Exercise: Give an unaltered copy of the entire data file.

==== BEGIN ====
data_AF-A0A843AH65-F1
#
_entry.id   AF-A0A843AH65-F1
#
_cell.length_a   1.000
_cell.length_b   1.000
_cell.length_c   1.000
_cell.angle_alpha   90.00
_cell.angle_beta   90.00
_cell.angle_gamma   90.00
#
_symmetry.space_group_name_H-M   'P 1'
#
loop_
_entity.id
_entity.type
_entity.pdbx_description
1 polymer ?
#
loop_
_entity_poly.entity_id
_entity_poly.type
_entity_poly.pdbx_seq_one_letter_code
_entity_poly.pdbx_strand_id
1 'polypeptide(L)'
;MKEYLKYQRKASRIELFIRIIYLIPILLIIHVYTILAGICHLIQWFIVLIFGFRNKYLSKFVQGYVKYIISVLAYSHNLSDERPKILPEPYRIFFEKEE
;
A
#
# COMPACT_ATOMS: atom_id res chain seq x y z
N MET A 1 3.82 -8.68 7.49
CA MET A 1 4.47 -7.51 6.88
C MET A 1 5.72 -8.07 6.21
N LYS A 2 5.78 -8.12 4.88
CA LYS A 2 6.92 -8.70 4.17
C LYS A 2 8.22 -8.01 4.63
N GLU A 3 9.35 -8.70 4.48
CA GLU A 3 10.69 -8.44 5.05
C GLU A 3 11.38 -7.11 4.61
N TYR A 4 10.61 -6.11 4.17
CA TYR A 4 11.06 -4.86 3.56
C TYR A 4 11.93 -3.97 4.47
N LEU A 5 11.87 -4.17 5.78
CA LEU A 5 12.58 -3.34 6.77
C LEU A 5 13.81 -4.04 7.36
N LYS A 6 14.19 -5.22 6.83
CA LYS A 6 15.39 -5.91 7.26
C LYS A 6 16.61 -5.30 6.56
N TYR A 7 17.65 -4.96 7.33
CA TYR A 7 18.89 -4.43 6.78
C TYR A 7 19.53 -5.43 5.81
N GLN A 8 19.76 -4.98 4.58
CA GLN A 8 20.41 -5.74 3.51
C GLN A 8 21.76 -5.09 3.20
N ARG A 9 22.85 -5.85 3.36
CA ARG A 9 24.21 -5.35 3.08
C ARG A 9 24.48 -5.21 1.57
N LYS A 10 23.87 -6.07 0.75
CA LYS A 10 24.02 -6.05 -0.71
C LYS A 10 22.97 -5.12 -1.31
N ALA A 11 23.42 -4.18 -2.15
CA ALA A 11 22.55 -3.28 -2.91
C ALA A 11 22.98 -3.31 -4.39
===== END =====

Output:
data_AF-A0A843AH65-F1
#
_entry.id   AF-A0A843AH65-F1
#
_cell.length_a   1.000
_cell.length_b   1.000
_cell.length_c   1.000
_cell.angle_alpha   90.00
_cell.angle_beta   90.00
_cell.angle_gamma   90.00
#
_symmetry.space_group_name_H-M   'P 1'
#
loop_
_entity.id
_entity.type
_entity.pdbx_description
1 polymer ?
#
loop_
_entity_poly.entity_id
_entity_poly.type
_entity_poly.pdbx_seq_one_letter_code
_entity_poly.pdbx_strand_id
1 'polypeptide(L)'
;MKEYLKYQRKASRIELFIRIIYLIPILLIIHVYTILAGICHLIQWFIVLIFGFRNKYLSKFVQGYVKYIISVLAYSHNLSDERPKILPEPYRIFFEKEE
;
A
#
# COMPACT_ATOMS: atom_id res chain seq x y z
N MET A 1 3.82 -8.68 7.49
CA MET A 1 4.47 -7.51 6.88
C MET A 1 5.72 -8.07 6.21
N LYS A 2 5.78 -8.12 4.88
CA LYS A 2 6.92 -8.70 4.17
C LYS A 2 8.22 -8.01 4.63
N GLU A 3 9.35 -8.70 4.48
CA GLU A 3 10.69 -8.44 5.05
C GLU A 3 11.38 -7.11 4.61
N TYR A 4 10.61 -6.11 4.17
CA TYR A 4 11.06 -4.86 3.56
C TYR A 4 11.93 -3.97 4.47
N LEU A 5 11.87 -4.17 5.78
CA LEU A 5 12.58 -3.34 6.77
C LEU A 5 13.81 -4.04 7.36
N LYS A 6 14.19 -5.22 6.83
CA LYS A 6 15.39 -5.91 7.26
C LYS A 6 16.61 -5.30 6.56
N TYR A 7 17.65 -4.96 7.33
CA TYR A 7 18.89 -4.43 6.78
C TYR A 7 19.53 -5.43 5.81
N GLN A 8 19.76 -4.98 4.58
CA GLN A 8 20.41 -5.74 3.51
C GLN A 8 21.76 -5.09 3.20
N ARG A 9 22.85 -5.85 3.36
CA ARG A 9 24.21 -5.35 3.08
C ARG A 9 24.48 -5.21 1.57
N LYS A 10 23.87 -6.07 0.75
CA LYS A 10 24.02 -6.05 -0.71
C LYS A 10 22.97 -5.12 -1.31
N ALA A 11 23.42 -4.18 -2.15
CA ALA A 11 22.55 -3.28 -2.91
C ALA A 11 22.98 -3.31 -4.39